No. 37760. Decree affirmed.
Opinion filed September 27, 1963. Rehearing denied November 25, 1963.
APPEAL from the Superior Court of Cook County; the Hon. Judges CORNELIUS J. HARRINGTON and B. FAIN TUCKER, presiding.
LAWRENCE E. GOECKEL, and HARRY E. KOPALD, both of Chicago, for appellants.
Ross S. WELCH, of Chicago, for appellee.
This is an action in equity by plaintiff, Eldred K. Eade, to confirm forfeiture of articles of agreement for a warranty deed to a lot of realty at 1633 Fowler Avenue, Evanston, Illinois, improved with a residence, and to remove as clouds on the title of plaintiff the interests of defendant Gladys L. Brownlee, as purchaser, and of other defendants holding trust deeds, mortgages and judgments against the purchaser's interest. Defendant trust deed, mortgage and judgment holders filed an amended counterclaim seeking to pay the balance of purchase money due and for foreclosure of a certain mortgage from purchaser. The trial court entered a judgment order dismissing the amended counterclaim for want of equity and upon report of the master entered a decree finding plaintiff to be sole owner of the realty.
On November 1, 1949, Perry S. Eade entered into a contract to sell certain real estate located at 1633 Fowler Avenue, Evanston, Illinois, to defendant, Gladys L. Brownlee. This defendant went into possession on November 1, 1949, and is still in possession. On May 4, 1950, seller Perry S. Eade conveyed the real estate to Helen Nixon who thereafter conveyed it back to Perry S. Eade and his son, plaintiff Eldred K. Eade, as joint tenants. On January 1, 1957, Perry S. Eade died. On November 1, 1958, defendant, Brownlee, mortgaged the realty to defendant, Harry E. Kopald, trustee, and on October 19, 1960, to defendant Irving Olex, trustee. The Nu Way Siding and Construction Company, also one of the defendants herein, is the owner of the notes secured by said mortgages. The mortgages were given to cover the cost of certain alleged improvements for which there were four mortgages aggregating $14,712.65. Plaintiff did not know of the existence of such mortgages until he obtained an opinion of title in the latter part of 1961.
On November 22, 1961, plaintiff, Eldred K. Eade, served on the purchaser a written declaration of forfeiture under the agreement, and on November 24, 1961, this action was filed to confirm the forfeiture, remove clouds on title and for writ of assistance. Defendant Kopald, trustee, Olex, trustee, and Nu Way Siding and Construction Company filed a joint answer. Defendants Olex, trustee, and Nu Way Siding and Construction Company filed an amended counterclaim in which they ask leave to pay into court the balance of the purchase money due under the articles of agreement and pray for a foreclosure of their mortgage dated October 19, 1960. The court, on motion of plaintiff to strike the amended counterclaim, dismissed it for want of equity. Upon the master's report, the court entered a decree declaring the articles of agreement forfeited, finding plaintiff, Eldred K. Eade, to be sole owner free and clear of the articles of agreement and said mortgages, and ordering issuance of a writ of assistance against defendant purchaser.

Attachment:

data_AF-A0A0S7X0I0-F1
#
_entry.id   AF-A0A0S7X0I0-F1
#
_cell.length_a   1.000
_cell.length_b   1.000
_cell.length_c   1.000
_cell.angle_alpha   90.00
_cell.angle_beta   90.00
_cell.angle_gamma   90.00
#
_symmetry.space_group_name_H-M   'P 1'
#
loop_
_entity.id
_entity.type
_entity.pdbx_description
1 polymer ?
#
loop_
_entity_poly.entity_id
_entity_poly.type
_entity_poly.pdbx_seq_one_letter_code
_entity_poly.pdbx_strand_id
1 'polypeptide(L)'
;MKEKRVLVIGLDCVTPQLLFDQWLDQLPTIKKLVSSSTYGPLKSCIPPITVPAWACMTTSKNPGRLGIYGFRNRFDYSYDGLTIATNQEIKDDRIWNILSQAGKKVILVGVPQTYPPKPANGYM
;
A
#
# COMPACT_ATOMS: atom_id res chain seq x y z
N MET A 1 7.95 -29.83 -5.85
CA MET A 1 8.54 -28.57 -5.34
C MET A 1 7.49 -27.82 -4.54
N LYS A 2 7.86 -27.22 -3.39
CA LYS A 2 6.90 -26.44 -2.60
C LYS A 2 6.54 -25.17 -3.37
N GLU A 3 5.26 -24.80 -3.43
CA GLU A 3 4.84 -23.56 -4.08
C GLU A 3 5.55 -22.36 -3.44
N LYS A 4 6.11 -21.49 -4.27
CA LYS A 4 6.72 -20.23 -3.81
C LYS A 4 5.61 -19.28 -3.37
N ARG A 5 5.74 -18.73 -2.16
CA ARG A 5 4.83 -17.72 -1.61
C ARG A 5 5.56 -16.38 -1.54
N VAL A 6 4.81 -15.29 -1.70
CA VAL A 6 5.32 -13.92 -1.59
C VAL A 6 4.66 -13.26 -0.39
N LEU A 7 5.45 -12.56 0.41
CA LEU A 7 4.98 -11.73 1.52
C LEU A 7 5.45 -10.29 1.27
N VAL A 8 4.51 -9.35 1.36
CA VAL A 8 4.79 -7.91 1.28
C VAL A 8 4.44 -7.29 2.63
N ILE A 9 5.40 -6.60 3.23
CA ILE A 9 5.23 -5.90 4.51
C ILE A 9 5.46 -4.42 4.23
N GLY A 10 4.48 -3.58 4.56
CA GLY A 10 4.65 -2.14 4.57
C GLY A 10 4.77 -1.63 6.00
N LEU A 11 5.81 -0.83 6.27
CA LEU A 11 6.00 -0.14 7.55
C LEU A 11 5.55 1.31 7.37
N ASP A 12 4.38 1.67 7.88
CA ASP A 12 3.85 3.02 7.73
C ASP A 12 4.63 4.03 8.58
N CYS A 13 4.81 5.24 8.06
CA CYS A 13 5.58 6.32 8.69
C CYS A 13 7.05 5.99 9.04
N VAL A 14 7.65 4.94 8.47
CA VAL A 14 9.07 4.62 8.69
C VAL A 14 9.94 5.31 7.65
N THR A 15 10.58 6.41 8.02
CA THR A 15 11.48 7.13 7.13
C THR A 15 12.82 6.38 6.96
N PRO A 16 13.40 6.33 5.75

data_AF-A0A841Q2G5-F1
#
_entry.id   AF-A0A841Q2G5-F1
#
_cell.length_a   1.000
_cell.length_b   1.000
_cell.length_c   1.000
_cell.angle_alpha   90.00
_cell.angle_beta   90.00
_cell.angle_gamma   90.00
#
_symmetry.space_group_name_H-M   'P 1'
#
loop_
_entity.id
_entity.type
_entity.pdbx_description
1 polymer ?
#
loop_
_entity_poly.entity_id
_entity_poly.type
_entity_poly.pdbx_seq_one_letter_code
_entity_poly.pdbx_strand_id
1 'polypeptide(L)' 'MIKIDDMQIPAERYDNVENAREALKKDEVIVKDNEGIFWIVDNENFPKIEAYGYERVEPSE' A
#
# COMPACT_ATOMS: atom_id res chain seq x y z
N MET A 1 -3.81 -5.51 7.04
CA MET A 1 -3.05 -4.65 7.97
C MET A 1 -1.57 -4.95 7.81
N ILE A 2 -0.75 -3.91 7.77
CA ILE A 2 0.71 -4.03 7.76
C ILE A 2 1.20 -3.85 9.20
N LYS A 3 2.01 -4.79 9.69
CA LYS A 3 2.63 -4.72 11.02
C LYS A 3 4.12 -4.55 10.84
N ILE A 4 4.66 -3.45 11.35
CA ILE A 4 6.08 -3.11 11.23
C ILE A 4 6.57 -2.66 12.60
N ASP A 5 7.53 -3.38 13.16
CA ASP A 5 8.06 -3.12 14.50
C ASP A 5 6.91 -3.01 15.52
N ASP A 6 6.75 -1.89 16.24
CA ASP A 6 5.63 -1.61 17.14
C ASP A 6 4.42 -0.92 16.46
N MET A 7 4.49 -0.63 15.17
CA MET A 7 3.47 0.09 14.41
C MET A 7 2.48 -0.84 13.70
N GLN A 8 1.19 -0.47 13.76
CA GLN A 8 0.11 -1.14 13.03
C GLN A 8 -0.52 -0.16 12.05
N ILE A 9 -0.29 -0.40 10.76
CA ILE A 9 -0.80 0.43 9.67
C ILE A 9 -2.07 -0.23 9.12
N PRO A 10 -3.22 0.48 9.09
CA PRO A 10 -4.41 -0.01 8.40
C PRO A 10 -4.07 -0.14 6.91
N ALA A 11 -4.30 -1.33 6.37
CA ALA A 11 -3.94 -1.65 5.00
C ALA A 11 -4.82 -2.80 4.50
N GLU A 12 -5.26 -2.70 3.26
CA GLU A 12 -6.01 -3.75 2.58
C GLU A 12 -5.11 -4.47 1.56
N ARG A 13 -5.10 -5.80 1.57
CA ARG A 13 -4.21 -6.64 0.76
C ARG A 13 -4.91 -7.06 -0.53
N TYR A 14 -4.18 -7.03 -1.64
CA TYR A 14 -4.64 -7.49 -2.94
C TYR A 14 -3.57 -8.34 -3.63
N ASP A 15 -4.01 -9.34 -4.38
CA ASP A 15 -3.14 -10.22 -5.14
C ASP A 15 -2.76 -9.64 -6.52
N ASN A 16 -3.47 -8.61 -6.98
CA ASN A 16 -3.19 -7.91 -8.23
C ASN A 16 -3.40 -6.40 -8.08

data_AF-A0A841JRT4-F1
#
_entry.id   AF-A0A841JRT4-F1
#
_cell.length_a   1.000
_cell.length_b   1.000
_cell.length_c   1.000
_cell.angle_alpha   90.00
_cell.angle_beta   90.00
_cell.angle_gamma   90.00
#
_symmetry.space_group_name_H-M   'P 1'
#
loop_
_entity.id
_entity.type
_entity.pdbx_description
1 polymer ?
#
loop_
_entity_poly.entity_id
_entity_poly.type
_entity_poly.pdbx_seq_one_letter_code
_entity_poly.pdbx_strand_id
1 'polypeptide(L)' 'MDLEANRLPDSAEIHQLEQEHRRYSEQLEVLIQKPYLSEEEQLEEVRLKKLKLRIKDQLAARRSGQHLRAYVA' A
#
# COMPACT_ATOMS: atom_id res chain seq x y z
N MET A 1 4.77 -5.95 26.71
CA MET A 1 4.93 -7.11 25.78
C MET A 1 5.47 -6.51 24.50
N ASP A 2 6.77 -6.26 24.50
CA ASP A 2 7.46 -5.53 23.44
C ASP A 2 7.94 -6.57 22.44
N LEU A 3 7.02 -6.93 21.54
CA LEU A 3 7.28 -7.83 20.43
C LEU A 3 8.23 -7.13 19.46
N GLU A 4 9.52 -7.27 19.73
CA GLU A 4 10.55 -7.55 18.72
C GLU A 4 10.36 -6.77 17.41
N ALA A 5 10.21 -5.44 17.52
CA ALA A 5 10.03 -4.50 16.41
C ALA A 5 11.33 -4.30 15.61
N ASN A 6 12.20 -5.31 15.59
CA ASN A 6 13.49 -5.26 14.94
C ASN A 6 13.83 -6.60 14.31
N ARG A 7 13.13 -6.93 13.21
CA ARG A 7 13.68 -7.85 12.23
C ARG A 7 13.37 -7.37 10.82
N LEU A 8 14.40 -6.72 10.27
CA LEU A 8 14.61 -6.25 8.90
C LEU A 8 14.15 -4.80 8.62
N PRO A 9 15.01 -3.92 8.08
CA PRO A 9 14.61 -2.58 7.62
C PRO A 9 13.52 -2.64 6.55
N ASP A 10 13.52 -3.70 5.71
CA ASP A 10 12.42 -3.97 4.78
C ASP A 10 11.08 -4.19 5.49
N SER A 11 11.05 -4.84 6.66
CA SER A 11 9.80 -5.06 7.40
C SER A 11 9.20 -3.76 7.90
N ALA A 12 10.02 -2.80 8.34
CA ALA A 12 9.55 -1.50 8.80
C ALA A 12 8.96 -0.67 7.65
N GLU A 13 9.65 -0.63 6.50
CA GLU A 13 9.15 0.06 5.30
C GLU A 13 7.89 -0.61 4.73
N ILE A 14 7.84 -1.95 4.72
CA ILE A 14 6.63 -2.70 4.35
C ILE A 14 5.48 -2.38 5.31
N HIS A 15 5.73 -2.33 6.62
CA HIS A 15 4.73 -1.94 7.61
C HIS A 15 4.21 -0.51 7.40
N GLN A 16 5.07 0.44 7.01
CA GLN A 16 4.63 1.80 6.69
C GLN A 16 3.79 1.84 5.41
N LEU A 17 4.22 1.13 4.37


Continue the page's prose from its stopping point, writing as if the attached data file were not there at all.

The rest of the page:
The theory of defendants is that, under the doctrine of equitable conversion, upon the execution of a valid, enforceable contract for sale of realty, the purchaser becomes the equitable owner of the land and trustee of the purchase money for the seller, who becomes trustee of the legal title for the purchaser with a lien on the land as security for the purchase money; that under this doctrine a subsequent holder of the realty with notice of the contract likewise is a trustee of the legal title for the purchaser; that in case of the death of the seller before the purchase money is paid, the realty is treated as personal property and goes to seller's personal representative; and that a purchaser in possession of realty under such a contract has an equitable estate which he can mortgage and the mortgagee will succeed to all his legal and equitable rights in the property at the time of the mortgage.
The doctrine of equitable conversion does not apply where equitable considerations intervene or where the parties intend otherwise. As we said in First Nat. Bank of Highland Park v. Boston Insurance Co. 17 Ill.2d 147, at 150, 151: "In the first place, it transplants the doctrine of equitable conversion into an area where it does not belong. That doctrine was evolved in order to carry out the intention of the parties to the contract * * * and those who claim under them. But it has frequently been held and stated that it should have no effect upon the rights of others." It is also stated in Mackey v. Sherman, 263 Ill. App. 109, at 120: "While generally true, it by no means follows that the rule is without its exceptions. As stated in Story's Equity Jurisprudence, 14th Ed. Vol. 1, Sec. 81: `There are exceptions to the doctrine where other equitable considerations intervene, or where the intent of the parties leads the other way; but these demonstrate rather than shake, the potency of the general rule.'" And it was further stated at page 121: "If there is a case holding that a court of equity will apply and enforce the doctrine in which the intention of the parties is clearly and definitely expressed that it shall not be applied, that case has not been called to our attention." In the Mackey case, the court rejected the argument that a mechanic's lien would attach to the realty for work ordered by vendee and unknown to vendor.
In the instant case, the articles of agreement contained the following clause: "5. That no right, title or interest, legal or equitable, in the premises aforesaid, or any part thereof, shall vest in the Purchaser until the delivery of the deed aforesaid by the Seller, or until the full payment of the purchase price at the times and in the manner herein provided." This clause clearly shows it was the intention of the parties that no equitable conversion would be made and that the purchaser would take no title in the premises until delivery of deed or full payment. Under this clause alone, the claim of equitable title in the purchaser sufficient to make mortgages is wholly defeated.